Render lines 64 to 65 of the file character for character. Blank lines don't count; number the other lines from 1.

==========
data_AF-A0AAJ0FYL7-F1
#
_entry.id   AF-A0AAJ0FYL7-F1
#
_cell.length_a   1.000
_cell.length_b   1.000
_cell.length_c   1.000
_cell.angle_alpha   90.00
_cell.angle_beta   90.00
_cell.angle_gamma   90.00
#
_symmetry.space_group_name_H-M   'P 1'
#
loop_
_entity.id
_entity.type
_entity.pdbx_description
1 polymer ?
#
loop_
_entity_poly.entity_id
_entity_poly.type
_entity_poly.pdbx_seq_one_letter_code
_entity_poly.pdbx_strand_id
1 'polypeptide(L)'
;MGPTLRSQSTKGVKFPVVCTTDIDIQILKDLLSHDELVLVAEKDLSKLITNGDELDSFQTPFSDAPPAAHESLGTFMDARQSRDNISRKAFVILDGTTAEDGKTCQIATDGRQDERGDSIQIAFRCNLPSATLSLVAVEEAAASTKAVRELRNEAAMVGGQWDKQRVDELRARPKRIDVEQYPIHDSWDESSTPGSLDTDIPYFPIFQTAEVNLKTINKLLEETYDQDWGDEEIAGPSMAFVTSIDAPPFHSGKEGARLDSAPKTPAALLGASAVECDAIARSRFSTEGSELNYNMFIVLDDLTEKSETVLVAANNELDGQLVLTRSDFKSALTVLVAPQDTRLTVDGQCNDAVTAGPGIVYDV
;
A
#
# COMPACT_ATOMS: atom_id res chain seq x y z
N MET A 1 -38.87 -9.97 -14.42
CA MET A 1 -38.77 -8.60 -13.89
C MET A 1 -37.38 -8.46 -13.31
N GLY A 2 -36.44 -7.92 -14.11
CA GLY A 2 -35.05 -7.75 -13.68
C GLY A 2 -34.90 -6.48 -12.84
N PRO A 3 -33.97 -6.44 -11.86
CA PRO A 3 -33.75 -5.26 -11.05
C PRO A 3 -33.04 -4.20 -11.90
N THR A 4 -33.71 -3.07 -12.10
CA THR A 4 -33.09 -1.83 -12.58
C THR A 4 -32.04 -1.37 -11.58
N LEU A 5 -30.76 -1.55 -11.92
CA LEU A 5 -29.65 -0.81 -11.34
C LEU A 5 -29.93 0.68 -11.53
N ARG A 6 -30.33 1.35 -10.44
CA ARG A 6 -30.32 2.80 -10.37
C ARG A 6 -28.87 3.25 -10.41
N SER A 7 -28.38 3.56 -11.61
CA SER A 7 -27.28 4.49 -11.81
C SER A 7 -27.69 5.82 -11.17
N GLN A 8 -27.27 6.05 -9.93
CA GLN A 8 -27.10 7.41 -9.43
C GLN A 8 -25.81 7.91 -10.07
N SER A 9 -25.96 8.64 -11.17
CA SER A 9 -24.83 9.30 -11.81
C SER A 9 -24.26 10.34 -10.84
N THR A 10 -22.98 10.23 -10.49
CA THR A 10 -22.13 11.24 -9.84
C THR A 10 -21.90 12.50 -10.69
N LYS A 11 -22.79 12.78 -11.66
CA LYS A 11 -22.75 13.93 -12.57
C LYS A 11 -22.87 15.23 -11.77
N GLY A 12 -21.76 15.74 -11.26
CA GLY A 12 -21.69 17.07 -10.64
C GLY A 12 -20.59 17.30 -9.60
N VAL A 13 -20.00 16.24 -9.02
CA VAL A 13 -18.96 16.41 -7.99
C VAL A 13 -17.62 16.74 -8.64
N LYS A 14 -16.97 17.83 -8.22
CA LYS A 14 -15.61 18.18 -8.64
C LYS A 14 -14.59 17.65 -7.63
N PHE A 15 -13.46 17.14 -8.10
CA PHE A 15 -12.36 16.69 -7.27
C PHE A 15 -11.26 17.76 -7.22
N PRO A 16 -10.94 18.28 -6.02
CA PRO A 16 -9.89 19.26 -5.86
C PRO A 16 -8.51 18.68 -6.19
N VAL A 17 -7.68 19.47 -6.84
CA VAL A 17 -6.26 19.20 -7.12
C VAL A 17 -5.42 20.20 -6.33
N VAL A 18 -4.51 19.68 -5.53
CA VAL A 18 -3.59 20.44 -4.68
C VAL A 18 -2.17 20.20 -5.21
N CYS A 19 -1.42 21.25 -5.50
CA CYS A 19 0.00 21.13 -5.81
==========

N GLY A 12 -21.76 15.74 -11.26
CA GLY A 12 -21.69 17.07 -10.64